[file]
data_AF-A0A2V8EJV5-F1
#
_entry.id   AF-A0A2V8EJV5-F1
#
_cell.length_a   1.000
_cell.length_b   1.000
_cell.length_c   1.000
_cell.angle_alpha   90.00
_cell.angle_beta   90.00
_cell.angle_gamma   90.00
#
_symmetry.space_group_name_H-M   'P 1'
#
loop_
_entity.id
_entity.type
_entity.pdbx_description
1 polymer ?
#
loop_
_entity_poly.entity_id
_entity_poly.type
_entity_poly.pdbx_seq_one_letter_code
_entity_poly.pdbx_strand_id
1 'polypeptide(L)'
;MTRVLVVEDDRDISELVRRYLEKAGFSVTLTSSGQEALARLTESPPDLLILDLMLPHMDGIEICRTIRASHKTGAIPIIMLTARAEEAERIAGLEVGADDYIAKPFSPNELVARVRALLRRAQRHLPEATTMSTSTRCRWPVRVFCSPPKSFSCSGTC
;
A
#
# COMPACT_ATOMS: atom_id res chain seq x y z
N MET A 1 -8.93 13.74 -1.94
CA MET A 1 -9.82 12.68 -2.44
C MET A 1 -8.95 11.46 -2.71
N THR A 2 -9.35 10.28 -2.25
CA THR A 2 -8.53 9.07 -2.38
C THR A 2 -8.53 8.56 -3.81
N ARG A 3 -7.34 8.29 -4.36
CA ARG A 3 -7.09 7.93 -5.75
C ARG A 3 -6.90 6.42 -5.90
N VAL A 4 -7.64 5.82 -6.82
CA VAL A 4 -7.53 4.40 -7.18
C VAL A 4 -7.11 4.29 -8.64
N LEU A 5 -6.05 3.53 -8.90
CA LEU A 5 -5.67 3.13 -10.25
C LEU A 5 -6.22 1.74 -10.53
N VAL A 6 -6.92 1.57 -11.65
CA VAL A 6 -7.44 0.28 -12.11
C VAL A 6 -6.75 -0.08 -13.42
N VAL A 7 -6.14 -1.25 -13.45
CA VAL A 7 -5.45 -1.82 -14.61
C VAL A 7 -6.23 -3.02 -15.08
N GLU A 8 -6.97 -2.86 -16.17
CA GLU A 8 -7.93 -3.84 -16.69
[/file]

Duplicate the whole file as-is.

data_AF-A0A2V8EJV5-F1
#
_entry.id   AF-A0A2V8EJV5-F1
#
_cell.length_a   1.000
_cell.length_b   1.000
_cell.length_c   1.000
_cell.angle_alpha   90.00
_cell.angle_beta   90.00
_cell.angle_gamma   90.00
#
_symmetry.space_group_name_H-M   'P 1'
#
loop_
_entity.id
_entity.type
_entity.pdbx_description
1 polymer ?
#
loop_
_entity_poly.entity_id
_entity_poly.type
_entity_poly.pdbx_seq_one_letter_code
_entity_poly.pdbx_strand_id
1 'polypeptide(L)'
;MTRVLVVEDDRDISELVRRYLEKAGFSVTLTSSGQEALARLTESPPDLLILDLMLPHMDGIEICRTIRASHKTGAIPIIMLTARAEEAERIAGLEVGADDYIAKPFSPNELVARVRALLRRAQRHLPEATTMSTSTRCRWPVRVFCSPPKSFSCSGTC
;
A
#
# COMPACT_ATOMS: atom_id res chain seq x y z
N MET A 1 -8.93 13.74 -1.94
CA MET A 1 -9.82 12.68 -2.44
C MET A 1 -8.95 11.46 -2.71
N THR A 2 -9.35 10.28 -2.25
CA THR A 2 -8.53 9.07 -2.38
C THR A 2 -8.53 8.56 -3.81
N ARG A 3 -7.34 8.29 -4.36
CA ARG A 3 -7.09 7.93 -5.75
C ARG A 3 -6.90 6.42 -5.90
N VAL A 4 -7.64 5.82 -6.82
CA VAL A 4 -7.53 4.40 -7.18
C VAL A 4 -7.11 4.29 -8.64
N LEU A 5 -6.05 3.53 -8.90
CA LEU A 5 -5.67 3.13 -10.25
C LEU A 5 -6.22 1.74 -10.53
N VAL A 6 -6.92 1.57 -11.65
CA VAL A 6 -7.44 0.28 -12.11
C VAL A 6 -6.75 -0.08 -13.42
N VAL A 7 -6.14 -1.25 -13.45
CA VAL A 7 -5.45 -1.82 -14.61
C VAL A 7 -6.23 -3.02 -15.08
N GLU A 8 -6.97 -2.86 -16.17
CA GLU A 8 -7.93 -3.84 -16.69